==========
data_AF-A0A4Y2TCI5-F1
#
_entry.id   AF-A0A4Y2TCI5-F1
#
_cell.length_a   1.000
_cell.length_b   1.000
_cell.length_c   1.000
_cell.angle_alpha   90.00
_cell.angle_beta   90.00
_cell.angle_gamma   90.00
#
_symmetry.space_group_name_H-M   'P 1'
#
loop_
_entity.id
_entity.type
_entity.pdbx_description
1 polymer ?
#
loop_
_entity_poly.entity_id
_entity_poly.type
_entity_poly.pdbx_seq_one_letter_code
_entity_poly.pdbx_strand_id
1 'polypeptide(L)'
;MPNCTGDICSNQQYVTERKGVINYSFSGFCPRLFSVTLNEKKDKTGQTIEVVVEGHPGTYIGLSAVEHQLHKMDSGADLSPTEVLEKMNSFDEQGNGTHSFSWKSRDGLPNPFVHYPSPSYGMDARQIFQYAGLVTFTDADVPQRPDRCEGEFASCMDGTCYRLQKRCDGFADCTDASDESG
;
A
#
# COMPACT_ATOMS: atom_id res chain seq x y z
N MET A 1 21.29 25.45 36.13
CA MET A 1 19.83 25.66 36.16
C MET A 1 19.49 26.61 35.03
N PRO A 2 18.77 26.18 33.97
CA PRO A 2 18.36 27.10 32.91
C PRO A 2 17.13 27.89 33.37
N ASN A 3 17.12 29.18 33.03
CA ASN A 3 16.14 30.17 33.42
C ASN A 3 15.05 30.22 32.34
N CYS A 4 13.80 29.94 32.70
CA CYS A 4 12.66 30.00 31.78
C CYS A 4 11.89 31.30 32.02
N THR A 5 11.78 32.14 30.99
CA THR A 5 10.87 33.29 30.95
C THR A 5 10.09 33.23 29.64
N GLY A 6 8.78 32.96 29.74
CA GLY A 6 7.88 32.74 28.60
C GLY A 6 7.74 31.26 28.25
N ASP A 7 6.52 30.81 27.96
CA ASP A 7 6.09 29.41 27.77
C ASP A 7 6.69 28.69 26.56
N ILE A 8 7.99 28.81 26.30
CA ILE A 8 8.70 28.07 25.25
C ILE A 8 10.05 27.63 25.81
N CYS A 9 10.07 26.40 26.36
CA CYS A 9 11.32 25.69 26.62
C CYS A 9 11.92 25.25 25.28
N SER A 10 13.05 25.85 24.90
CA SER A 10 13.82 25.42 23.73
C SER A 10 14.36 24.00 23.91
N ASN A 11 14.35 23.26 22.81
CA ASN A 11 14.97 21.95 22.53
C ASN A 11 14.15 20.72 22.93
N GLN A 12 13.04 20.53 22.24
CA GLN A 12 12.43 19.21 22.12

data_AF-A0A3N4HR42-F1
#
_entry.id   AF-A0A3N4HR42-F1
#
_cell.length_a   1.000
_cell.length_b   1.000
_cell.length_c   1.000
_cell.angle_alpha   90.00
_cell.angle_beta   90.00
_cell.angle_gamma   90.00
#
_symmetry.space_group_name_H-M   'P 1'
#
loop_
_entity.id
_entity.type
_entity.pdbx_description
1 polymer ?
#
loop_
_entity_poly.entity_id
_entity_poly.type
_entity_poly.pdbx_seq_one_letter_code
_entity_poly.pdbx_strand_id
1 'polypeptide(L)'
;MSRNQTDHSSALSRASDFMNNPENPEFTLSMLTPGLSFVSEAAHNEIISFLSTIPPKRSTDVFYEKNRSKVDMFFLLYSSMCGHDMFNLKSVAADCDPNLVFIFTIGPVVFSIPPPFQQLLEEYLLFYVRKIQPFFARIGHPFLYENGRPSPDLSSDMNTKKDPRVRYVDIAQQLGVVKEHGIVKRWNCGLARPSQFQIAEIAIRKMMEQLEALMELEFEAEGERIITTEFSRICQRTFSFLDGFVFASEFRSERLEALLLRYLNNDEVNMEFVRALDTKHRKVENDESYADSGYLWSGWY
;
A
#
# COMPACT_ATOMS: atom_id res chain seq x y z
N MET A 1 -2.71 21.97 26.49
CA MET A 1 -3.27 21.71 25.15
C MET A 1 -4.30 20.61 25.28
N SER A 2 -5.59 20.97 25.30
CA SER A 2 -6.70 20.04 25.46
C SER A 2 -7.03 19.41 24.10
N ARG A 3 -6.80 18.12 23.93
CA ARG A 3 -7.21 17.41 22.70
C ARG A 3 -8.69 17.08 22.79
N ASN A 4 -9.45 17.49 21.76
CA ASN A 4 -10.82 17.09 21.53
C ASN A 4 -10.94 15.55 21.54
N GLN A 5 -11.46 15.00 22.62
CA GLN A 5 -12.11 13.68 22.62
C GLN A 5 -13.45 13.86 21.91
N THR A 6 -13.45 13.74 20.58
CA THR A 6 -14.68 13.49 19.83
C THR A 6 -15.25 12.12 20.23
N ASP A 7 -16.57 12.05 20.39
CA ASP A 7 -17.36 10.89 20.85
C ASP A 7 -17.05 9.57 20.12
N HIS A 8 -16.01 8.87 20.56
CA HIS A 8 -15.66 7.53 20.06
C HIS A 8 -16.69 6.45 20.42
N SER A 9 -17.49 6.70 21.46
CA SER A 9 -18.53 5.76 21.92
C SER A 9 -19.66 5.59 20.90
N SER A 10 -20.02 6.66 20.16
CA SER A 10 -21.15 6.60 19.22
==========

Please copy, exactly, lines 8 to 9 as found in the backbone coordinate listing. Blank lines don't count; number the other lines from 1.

_cell.angle_alpha   90.00
_cell.angle_beta   90.00